Our entrees included a beef brisket soup (left), tomato & egg with noodles (top right), and black bean (asian style) minced pork with noodles (bottom right). Oh yea, and their famous “Big Tray of Chicken.” It is a damn big tray, I gotta tell ya. All their noodles are hand-cut and thus raggedly, and thick, chewy, deliciousness. We added noodles to the chicken (for 1 buck!) so that we can get more of the amazingly spicy, flavorful sauce in our mouths, by using the noodles as a vehicle. There was so much food, most of us ended up taking at least one container of food home. And we departed with full stomachs, and only $10 less in our wallets (each). Ridiculous.
If you’ve never had Henan food before, it is very similar to X’ian food. If you never had X’ian food before, you really should. This style of food derives from Western China, where there are a lot of Muslim influences (I’ve been before, and the signs are all in Arabic, and people speak both Arabic and Chinese!). Food is flavored with alot of spices, hot peppers, cumin, and cilantro. Typically very hearty, and very flavorful. Much of the food can be very spicy, although the only spicy dish we had at Henan Flavor was the tray of chicken (the beef brisket was advertised as spicy I believe, but it wasn’t at all). You can also eat the tomato and egg (a very classic Chinese dish), if you are avoiding too many spices – it is mildly sweet and very homey (at least for me). I believe that Henan food is slightly less spicy than food from X’ian, although after a few minutes of the tray of chicken, we were all sniffling into our napkins. Freaking amazing. The tray of chicken itself can feed about 4-6 regular people, and makes for great leftovers (reheat slowly in a pan with the lid on – if you microwave, the noodles may clump together). Definitely one of my favorite hole-in-the-walls. :D
February 6, 2012 § Leave a Comment
I’ve never really been a fan of Greek food. I hear a lot about the Mediterranean diet and how awesome it is, but yuck olives (ironically I LOVE olive bread but I stay away from everything else). I like capers, but only once in a while. And yea, olive oil is good oil, but too much of any oil is bad! Anyhow, this is NOT going to be a rant about how I am still getting used to Greek food, but more of a rave about a great Greek restaurant I went to not too long ago.
Pylos is a small restaurant tucked away in the East Village (7th st between 1st Ave & Ave A), with ceramic pots stuck to the ceiling like so:
I thought the decor was lovely (and romantic yet casual), and there was a nice communal table in the back, if you’re the type that enjoys sharing tables (I grew up doing that for Chinese brunch/dim sum every week). Our waitress was bubbly and charming – and she also recommended some great (and not the most expensive) wines for us, as most of the wines were Greek aka I’ve never heard of them before. (For reference, we ordered sigalas santorini and the hatzidakis nikteri, both of which were crisp wine wines that were slightly fruity and closer to dry than sweet.)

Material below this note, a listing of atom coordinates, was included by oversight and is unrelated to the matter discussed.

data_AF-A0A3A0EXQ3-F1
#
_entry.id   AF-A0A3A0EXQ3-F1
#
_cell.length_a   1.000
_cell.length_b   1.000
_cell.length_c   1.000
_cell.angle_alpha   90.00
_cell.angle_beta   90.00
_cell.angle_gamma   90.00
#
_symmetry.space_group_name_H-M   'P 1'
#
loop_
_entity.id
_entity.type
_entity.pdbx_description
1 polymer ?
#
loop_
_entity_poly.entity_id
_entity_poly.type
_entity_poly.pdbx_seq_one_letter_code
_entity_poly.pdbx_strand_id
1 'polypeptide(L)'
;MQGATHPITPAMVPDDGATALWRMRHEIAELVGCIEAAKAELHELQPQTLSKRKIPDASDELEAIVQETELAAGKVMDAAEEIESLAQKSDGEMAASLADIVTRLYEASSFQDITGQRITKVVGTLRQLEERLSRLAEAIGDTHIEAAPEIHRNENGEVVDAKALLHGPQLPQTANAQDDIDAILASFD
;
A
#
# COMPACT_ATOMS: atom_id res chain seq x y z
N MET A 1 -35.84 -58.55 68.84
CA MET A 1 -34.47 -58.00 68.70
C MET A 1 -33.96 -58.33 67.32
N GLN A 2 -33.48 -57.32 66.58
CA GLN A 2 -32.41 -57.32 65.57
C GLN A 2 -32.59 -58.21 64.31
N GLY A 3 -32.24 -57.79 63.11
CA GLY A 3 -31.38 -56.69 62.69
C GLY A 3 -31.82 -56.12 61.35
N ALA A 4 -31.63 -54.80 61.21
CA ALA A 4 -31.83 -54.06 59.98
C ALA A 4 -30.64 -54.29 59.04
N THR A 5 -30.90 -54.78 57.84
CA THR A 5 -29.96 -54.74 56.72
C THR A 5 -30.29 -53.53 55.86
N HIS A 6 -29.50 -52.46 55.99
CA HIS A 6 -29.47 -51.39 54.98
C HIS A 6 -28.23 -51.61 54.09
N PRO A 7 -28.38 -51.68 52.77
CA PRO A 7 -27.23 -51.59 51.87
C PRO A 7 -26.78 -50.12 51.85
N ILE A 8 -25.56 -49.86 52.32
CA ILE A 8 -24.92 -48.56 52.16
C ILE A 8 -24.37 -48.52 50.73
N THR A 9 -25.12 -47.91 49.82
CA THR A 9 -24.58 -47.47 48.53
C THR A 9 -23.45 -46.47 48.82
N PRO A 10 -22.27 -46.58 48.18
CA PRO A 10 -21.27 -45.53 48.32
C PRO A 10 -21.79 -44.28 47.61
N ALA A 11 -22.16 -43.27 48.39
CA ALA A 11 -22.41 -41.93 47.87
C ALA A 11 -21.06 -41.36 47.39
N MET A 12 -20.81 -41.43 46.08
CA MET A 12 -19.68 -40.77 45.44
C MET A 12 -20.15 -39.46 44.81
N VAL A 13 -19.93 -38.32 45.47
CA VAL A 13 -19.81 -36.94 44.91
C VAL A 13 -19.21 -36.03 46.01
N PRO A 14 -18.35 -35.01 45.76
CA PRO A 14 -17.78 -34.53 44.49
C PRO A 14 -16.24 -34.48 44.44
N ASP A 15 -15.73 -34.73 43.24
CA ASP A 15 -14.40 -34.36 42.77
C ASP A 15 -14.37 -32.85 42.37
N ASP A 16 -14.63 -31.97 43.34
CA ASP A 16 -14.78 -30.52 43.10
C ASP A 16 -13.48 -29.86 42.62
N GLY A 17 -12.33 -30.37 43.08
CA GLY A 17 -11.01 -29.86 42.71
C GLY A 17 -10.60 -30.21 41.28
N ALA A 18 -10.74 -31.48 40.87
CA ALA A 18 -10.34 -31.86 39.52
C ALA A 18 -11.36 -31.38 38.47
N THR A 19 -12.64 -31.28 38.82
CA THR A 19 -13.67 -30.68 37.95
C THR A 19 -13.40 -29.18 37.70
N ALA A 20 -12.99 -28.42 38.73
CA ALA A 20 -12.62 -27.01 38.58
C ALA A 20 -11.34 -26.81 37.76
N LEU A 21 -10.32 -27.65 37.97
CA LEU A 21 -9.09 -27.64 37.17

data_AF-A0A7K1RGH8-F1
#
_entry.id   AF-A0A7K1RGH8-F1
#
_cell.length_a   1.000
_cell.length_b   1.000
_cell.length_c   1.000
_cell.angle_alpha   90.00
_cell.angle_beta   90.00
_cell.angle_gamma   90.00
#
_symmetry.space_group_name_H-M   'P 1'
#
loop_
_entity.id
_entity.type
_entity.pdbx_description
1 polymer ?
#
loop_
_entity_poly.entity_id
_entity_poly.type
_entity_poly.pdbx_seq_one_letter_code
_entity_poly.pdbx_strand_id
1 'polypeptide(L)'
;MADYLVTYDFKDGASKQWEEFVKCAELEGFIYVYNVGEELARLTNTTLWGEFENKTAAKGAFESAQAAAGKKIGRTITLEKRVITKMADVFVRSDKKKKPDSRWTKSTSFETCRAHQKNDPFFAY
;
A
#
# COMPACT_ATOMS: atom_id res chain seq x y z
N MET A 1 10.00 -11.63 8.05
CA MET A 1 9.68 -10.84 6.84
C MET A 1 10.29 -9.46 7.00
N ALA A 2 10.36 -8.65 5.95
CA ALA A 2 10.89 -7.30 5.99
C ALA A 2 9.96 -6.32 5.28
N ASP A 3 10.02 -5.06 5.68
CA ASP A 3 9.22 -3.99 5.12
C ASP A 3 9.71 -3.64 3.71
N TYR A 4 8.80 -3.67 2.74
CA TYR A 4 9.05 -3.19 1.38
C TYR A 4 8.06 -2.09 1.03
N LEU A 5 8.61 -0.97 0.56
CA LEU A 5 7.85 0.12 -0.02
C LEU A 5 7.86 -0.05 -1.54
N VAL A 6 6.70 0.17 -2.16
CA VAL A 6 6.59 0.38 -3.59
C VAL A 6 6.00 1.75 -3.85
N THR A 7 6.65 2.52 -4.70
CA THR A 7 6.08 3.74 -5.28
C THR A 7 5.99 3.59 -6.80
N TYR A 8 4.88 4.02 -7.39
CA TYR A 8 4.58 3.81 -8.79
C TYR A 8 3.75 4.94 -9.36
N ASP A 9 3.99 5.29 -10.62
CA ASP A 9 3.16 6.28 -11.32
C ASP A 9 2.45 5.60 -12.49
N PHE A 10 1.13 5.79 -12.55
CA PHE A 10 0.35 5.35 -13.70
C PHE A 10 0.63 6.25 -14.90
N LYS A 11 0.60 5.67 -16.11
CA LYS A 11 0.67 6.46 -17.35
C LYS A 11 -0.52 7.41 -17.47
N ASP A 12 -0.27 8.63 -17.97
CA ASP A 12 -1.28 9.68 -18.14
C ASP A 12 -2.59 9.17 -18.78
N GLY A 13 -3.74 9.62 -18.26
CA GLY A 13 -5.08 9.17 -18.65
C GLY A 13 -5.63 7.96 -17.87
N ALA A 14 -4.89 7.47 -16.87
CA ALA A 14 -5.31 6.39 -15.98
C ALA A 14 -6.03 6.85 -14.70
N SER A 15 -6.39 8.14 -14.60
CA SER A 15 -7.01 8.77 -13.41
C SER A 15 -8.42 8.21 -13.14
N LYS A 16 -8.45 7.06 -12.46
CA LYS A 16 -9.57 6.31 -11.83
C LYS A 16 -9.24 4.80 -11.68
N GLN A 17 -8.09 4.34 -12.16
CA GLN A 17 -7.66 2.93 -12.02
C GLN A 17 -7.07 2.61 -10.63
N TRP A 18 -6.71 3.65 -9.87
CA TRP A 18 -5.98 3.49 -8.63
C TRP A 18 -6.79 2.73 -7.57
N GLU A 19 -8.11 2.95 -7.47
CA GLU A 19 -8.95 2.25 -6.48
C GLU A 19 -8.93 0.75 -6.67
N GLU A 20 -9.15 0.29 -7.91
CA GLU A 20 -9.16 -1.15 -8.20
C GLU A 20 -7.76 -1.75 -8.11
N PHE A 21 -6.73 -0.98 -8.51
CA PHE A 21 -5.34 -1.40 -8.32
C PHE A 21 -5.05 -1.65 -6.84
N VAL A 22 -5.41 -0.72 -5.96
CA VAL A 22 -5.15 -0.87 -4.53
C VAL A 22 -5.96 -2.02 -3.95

We shared an appetizer of pitakia kaisarias, phylo pastries with meat, tomatoes, and cheese. It was absolutely delectable, and all in our bellies before I even remembered to take a picture. The party I was with decided to go family style – my favorite way to eat. We proceeded to order a side of Greek salad, and four entrees, each which came out when they were ready, making it seem like a many-course tasting menu. Delectable.
The lamb chops were up first – and were my favorite (and my choice!). Juicy, soft, succulent… mmm… highly recommended. And absolutely beautiful.
Then came our shanks – a lamb shank and and pork shank. One served with a roasted garlic puree, the other with fingerling potatoes. The meat for both just fell off the bone…
Lastly was chicken stuffed with raisins, thyme, rosemary, and cheese. Wow, this was some very tender (white meat) chicken. It was everyone’s favorite but mine (I loved my lamb!), and my first time having chicken prepared this way. Super unique, super delicious.
I fell in love with this place. There are a ton of appetizer choices, and I saw the couple next to us order them tapas-style, so there’s that route too! Definitely go – and make reservations ahead of time!
February 1, 2012 § Leave a Comment
I love love love eggplant. A lot of people I know wrinkle up their nose when I talk about eggplant, but I think it is amazing. I like cooking it until its soft and soaks up the sauces I cook it in. Its super hearty, and is awesome with rice. If you don’t have some of the ingredients, aka oyster sauce, go out and get some! Its super essential to Asian/Chinese cooking and extremely versatile (great for marinades and stir fries). Its also widely available, and can be found in most supermarkets. Here’s a super simple recipe that I got from my mom:
1/2 medium sized eggplant (Cut off the stem and cut up the rest into chunks. I like 2 inch long slices about 1/2″ thick)
6 tbsp soy sauce
3 tbsp oyster sauce
1 tbsp sugar (I usually use brown)
1 tbsp wine or sherry (I use Chinese Shaoxing cooking wine for everything)
garlic (however much you want, I would say 2-3 cloves)
(1) Steam eggplant for ~ 15 minutes under medium heat (or until soft, give it a few more minutes if its still a little hard). Drain the liquid after its done / before you pour on the sauce. (I imagine that you can also just put the eggplant in a pan with some water and cook for about 10-15 minutes until soft, drain the liquid and then add the sauce.)
(2) When there is about 5-7 minutes left for the steaming, heat up a skillet with enough oil to cover it. Cut up the garlic (or mince it, whatever you prefer) and saute over the pan for a few minutes.
(3) Lower heat for a minute or two, add soy sauce, oyster sauce, sugar, wine, pepper (to taste) and stir around until hot, and a little bubbly. If the consistency is too watery, raise the heat a little and stir around until the sauce thickens. I like my sauce to be a little less viscous than honey. Otherwise, pour on top of your ready-eggplant and eat up! Sprinkle with some toasted sesame seeds if desired.
If you want, you can definitely also add some meat to this. Last week I cooked the eggplant itself, and added some ground beef to my leftover eggplant for the follow days. Freaking delicious! To do so, just:
(1) Get some ground beef or pork (1/4-1/2lb for 1/2-1 eggplant, depending on how meaty you want it), season with a little salt, more pepper, some lemon juice (a tsp), a tbsp (or 2) of soy sauce.
(2) Heat a skillet on high with enough oil to cover, throw in some garlic cloves (however many you would like) for a minute or two.
(3) Throw in the meat, flatten it against the pan so it browns on one side, for about a minute. Flip over to brown on the other side.
(4) Lower the heat to medium low, throw in the eggplant with the sauces, stir it all around, and simmer under low heat (cover on) until meat is fully cooked (aka not red anymore). Remove lid and turn up the heat if it becomes too watery.